Ignoring an old adage about friends and business not mixing well, the executives of Noontime Music are defying the odds with their successful Atlanta-based publishing house. “We are like brothers,” says Ryan Glover, of his three partners. “Yes, we argue all the time, but it’s because we are feverishly trying to reach a common goal — success.”
In just six years, Glover, along with childhood friends Henry “Noonie” Lee, Chris Hicks and Terry Ross, has created a production company that’s responsible for negotiating deals for an exclusive roster of producers, which includes Jazze Pha (Ludacris, Tupac), Brian-Michael Cox (Mariah Carey, Bow Wow), and Teddy Bishop (Whitney Houston, Toni Braxton). The self-described “talent brokers” secure publishing and copyrights on behalf of their talent as well as provide a recording studio. Garnering $25,000 to $50,000 per song, the five-employee company pushed revenues beyond $3 million in 2002 and projects $5 million in business for 2003.
In 1992, Glover and Hicks left their Richmond, California, hometown to pursue degrees in public relations and accounting, respectively. Lee, their childhood friend, trekked to Atlanta, where he planted the seed for the future enterprise by partnering with an acquaintance and opening a small recording studio. After graduation, Glover and Hicks, who became party promoters during college, joined Lee and Ross, who had since relocated to Georgia. Combining funds accumulated from their promotions venture with the profits Lee acquired from his fledgling studio, along with Ross’ personal savings, the foursome invested $250,000 in a recording facility that would house their team of producers. “We didn’t make a whole lot of money our first year,” admits Lee. “This was definitely a hard field to break into.”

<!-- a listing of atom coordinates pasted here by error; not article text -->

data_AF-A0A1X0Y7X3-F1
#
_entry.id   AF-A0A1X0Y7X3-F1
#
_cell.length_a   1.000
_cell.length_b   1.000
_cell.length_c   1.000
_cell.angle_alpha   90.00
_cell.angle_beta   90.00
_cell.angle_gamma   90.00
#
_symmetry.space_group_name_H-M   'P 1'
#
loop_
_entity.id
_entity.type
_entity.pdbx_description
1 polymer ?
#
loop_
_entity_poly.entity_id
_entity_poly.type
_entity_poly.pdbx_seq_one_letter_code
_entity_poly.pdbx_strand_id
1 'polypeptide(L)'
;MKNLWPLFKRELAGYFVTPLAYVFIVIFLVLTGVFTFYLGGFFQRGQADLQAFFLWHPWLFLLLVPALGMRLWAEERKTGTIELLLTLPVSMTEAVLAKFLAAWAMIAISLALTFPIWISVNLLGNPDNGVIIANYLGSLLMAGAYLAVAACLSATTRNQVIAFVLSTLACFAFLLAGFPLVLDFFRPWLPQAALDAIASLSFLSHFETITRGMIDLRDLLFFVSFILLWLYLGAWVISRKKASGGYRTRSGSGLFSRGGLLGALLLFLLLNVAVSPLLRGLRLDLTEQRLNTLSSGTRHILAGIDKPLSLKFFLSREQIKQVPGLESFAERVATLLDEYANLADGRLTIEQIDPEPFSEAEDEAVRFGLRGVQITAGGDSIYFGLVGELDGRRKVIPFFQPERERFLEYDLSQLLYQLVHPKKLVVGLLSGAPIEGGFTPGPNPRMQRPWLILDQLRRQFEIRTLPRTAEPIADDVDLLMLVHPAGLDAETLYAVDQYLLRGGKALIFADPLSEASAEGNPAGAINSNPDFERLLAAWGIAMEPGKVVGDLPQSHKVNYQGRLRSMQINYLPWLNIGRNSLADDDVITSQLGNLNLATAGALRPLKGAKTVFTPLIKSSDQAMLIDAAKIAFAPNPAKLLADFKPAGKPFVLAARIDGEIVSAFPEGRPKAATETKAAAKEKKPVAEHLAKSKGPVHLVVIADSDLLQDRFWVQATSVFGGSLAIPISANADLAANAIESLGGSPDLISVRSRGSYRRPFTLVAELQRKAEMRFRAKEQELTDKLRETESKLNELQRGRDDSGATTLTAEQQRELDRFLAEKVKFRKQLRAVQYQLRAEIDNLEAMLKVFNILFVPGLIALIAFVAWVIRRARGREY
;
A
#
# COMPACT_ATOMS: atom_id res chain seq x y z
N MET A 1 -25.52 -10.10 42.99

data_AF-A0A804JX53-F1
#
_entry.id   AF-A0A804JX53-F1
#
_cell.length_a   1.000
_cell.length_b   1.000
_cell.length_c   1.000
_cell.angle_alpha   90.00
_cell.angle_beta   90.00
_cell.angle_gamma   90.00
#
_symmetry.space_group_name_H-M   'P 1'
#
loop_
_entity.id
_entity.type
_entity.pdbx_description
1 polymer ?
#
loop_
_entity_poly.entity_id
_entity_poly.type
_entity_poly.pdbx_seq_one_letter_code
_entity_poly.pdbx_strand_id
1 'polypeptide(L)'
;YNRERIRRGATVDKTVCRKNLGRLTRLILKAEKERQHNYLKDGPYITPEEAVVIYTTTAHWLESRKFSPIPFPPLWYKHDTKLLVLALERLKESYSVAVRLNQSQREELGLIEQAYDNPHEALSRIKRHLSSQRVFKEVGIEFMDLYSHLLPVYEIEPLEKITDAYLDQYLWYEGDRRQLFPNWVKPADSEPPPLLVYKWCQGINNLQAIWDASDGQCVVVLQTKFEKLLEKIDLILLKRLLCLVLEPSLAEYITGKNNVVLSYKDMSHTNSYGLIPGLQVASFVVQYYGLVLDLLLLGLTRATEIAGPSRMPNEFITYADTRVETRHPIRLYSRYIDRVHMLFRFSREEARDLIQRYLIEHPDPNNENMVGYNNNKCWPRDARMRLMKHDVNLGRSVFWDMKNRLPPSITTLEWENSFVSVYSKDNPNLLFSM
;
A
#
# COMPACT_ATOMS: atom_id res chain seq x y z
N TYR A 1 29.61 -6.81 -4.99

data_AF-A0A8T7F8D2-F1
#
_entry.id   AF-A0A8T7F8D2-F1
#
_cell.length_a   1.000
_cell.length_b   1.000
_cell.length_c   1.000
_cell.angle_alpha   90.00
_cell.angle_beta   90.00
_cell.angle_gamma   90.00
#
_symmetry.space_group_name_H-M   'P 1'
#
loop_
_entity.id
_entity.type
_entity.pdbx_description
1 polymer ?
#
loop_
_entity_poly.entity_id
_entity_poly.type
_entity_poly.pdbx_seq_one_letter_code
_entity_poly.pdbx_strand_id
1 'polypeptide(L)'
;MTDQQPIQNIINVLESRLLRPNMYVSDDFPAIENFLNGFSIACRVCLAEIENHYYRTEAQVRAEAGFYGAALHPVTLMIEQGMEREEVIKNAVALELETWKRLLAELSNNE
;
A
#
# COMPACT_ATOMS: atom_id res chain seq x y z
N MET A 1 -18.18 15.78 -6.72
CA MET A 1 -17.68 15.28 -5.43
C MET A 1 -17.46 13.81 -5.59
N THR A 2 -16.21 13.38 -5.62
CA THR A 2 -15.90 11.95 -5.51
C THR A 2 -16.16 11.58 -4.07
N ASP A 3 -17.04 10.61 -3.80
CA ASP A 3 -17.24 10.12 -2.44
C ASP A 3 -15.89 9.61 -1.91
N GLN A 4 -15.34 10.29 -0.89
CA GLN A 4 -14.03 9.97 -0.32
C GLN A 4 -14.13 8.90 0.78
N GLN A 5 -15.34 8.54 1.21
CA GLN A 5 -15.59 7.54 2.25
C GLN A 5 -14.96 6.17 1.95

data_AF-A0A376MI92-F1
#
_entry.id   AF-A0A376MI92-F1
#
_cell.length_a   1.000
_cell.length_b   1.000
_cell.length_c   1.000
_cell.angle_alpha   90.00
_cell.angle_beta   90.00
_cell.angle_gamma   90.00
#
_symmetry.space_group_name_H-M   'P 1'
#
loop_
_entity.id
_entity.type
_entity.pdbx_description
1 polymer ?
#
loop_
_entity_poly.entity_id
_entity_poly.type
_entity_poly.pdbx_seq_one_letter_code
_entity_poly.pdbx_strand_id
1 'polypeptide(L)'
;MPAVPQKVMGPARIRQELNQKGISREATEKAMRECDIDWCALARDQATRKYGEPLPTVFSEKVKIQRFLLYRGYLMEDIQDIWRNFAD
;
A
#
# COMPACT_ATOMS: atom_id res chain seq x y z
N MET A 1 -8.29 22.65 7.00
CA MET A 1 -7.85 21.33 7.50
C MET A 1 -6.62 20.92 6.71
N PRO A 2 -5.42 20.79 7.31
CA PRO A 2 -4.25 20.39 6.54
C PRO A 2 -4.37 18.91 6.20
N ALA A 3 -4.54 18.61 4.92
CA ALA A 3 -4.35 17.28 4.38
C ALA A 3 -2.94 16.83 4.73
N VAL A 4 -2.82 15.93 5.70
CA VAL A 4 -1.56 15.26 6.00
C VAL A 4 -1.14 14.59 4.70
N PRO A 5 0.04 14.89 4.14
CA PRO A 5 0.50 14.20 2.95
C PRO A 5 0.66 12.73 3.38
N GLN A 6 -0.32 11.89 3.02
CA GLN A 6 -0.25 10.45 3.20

Things turned around for the quartet in 1998 when Hicks’ and Ross’ college classmate Sean “P. Diddy” Combs put the company on the fast track to success by agreeing to manage their first producer, Jeffery “J-Dubb” Walker. “We gained a lot of credibility in the music industry from that arrangement,” says Glover. “That [deal] put Noontime on the map.”
Fashioning themselves to become the powerhouse that LaFace Records was in its heyday, the young executives, each of whom are in their early 30s, see a limitless future for their company. They have already begun the groundwork for a record label, Noontime Recordings, by signing teen Lil’ Corey and boy band A-T-L to their label. “We are certainly doing our homework,” says Hicks, of the recent expansion. “I think we are just a record sale away from becoming the next LaFace.”
Noontime Music, 576 Trabert St., Atlanta, GA 30309; 404-691-3004; www.clinteractive.com/noontime/main.html.